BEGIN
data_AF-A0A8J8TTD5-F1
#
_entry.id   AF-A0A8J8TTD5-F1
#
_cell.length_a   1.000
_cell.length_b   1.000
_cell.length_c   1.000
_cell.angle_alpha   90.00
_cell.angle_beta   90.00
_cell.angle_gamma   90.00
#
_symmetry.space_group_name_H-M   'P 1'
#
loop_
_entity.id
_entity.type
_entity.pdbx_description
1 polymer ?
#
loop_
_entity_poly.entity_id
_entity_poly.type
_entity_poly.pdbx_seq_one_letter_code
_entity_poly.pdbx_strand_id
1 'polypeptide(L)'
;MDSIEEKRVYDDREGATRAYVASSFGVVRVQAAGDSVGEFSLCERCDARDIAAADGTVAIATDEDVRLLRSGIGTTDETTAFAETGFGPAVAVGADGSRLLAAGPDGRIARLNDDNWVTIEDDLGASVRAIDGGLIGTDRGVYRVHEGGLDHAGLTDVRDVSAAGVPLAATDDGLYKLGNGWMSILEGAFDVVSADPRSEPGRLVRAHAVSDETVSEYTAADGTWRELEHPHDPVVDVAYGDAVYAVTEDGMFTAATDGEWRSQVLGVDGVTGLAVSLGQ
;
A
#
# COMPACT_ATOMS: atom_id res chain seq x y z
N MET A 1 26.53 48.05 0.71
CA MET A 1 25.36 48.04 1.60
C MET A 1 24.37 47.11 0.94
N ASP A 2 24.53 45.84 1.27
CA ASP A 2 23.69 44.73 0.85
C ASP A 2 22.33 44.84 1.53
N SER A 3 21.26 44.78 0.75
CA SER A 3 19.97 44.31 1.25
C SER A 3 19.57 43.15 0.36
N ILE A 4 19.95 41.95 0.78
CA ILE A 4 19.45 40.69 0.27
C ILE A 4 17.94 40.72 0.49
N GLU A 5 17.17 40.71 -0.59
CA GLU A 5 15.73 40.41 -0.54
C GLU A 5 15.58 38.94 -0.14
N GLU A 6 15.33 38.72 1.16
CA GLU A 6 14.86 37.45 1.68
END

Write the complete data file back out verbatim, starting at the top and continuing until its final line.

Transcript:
data_AF-A0A8J8TTD5-F1
#
_entry.id   AF-A0A8J8TTD5-F1
#
_cell.length_a   1.000
_cell.length_b   1.000
_cell.length_c   1.000
_cell.angle_alpha   90.00
_cell.angle_beta   90.00
_cell.angle_gamma   90.00
#
_symmetry.space_group_name_H-M   'P 1'
#
loop_
_entity.id
_entity.type
_entity.pdbx_description
1 polymer ?
#
loop_
_entity_poly.entity_id
_entity_poly.type
_entity_poly.pdbx_seq_one_letter_code
_entity_poly.pdbx_strand_id
1 'polypeptide(L)'
;MDSIEEKRVYDDREGATRAYVASSFGVVRVQAAGDSVGEFSLCERCDARDIAAADGTVAIATDEDVRLLRSGIGTTDETTAFAETGFGPAVAVGADGSRLLAAGPDGRIARLNDDNWVTIEDDLGASVRAIDGGLIGTDRGVYRVHEGGLDHAGLTDVRDVSAAGVPLAATDDGLYKLGNGWMSILEGAFDVVSADPRSEPGRLVRAHAVSDETVSEYTAADGTWRELEHPHDPVVDVAYGDAVYAVTEDGMFTAATDGEWRSQVLGVDGVTGLAVSLGQ
;
A
#
# COMPACT_ATOMS: atom_id res chain seq x y z
N MET A 1 26.53 48.05 0.71
CA MET A 1 25.36 48.04 1.60
C MET A 1 24.37 47.11 0.94
N ASP A 2 24.53 45.84 1.27
CA ASP A 2 23.69 44.73 0.85
C ASP A 2 22.33 44.84 1.53
N SER A 3 21.26 44.78 0.75
CA SER A 3 19.97 44.31 1.25
C SER A 3 19.57 43.15 0.36
N ILE A 4 19.95 41.95 0.78
CA ILE A 4 19.45 40.69 0.27
C ILE A 4 17.94 40.72 0.49
N GLU A 5 17.17 40.71 -0.59
CA GLU A 5 15.73 40.41 -0.54
C GLU A 5 15.58 38.94 -0.14
N GLU A 6 15.33 38.72 1.16
CA GLU A 6 14.86 37.45 1.68